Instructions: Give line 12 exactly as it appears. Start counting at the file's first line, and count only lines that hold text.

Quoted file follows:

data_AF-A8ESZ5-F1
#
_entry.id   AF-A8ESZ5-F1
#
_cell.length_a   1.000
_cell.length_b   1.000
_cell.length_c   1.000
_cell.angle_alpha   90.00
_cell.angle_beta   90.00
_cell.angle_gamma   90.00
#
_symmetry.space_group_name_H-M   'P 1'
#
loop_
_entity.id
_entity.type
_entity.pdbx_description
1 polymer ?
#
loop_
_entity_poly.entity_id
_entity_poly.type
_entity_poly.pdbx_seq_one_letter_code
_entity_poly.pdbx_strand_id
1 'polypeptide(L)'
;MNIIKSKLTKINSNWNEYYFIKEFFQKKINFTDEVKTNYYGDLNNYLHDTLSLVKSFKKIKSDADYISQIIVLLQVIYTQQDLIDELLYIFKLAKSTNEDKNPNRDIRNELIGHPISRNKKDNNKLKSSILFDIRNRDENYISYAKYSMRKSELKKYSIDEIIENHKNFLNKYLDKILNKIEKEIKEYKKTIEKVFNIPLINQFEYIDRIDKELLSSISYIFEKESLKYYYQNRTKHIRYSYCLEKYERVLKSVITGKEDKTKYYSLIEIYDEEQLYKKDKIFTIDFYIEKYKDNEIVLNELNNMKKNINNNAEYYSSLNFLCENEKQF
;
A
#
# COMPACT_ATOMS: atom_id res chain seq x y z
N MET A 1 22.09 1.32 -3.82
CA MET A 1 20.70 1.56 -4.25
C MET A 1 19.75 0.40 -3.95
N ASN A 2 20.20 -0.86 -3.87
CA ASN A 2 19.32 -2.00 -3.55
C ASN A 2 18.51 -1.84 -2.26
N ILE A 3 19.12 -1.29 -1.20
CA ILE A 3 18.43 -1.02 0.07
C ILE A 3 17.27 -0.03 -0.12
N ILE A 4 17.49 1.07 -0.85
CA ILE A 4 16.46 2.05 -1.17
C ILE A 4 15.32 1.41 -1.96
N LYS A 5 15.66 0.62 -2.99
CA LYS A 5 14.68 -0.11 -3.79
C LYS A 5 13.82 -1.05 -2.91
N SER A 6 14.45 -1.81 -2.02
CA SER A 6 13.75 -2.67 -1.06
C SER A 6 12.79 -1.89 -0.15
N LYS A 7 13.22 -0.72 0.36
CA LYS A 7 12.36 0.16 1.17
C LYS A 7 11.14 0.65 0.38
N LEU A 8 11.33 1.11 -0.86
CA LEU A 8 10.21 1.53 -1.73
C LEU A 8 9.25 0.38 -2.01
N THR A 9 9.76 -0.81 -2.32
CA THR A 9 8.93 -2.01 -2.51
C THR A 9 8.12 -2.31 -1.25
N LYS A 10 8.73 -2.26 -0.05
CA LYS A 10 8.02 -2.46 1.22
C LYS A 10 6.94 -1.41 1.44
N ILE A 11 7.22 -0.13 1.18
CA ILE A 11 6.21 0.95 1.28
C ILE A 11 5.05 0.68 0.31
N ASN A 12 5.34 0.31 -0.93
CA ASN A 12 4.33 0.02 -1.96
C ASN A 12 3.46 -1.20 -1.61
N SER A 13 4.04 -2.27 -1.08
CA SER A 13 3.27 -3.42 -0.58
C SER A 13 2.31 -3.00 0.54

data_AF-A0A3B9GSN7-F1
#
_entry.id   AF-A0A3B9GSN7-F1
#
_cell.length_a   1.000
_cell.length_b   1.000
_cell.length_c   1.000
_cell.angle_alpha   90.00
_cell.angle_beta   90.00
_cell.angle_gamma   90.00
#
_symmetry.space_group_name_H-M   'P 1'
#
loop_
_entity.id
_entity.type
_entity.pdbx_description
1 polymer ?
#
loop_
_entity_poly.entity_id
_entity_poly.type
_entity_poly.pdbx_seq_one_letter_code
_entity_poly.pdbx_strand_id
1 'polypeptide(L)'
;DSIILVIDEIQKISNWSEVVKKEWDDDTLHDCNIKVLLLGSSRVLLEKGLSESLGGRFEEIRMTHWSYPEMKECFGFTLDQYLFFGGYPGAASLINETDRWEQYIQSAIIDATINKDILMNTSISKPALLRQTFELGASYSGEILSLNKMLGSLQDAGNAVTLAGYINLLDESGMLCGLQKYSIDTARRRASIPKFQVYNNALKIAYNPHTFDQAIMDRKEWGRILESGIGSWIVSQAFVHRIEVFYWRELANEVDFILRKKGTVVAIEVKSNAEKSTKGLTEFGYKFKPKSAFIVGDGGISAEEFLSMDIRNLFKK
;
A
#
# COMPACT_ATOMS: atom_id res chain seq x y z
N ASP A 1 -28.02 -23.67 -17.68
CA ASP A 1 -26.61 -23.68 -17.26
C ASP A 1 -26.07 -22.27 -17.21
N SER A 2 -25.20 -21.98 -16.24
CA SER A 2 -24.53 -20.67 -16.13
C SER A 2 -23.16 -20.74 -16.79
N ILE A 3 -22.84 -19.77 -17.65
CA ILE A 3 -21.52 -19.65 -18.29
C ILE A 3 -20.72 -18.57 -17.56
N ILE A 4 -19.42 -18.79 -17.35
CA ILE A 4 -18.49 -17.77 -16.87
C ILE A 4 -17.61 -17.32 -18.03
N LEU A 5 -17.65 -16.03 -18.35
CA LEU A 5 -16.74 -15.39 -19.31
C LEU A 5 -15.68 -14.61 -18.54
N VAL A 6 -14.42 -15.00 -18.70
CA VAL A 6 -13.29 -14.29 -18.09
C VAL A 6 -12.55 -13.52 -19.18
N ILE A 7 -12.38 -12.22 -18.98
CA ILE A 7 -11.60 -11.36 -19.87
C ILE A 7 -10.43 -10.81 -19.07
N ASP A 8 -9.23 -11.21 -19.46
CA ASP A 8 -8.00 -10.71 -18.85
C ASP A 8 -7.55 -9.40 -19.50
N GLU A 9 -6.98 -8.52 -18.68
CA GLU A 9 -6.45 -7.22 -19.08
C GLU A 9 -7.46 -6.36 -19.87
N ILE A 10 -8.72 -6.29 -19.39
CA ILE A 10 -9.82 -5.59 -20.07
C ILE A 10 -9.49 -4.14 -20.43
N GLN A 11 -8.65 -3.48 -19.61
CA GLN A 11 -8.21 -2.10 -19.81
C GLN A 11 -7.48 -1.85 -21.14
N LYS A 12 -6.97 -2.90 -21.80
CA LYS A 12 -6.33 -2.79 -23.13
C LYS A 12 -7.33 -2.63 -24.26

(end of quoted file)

_symmetry.space_group_name_H-M   'P 1'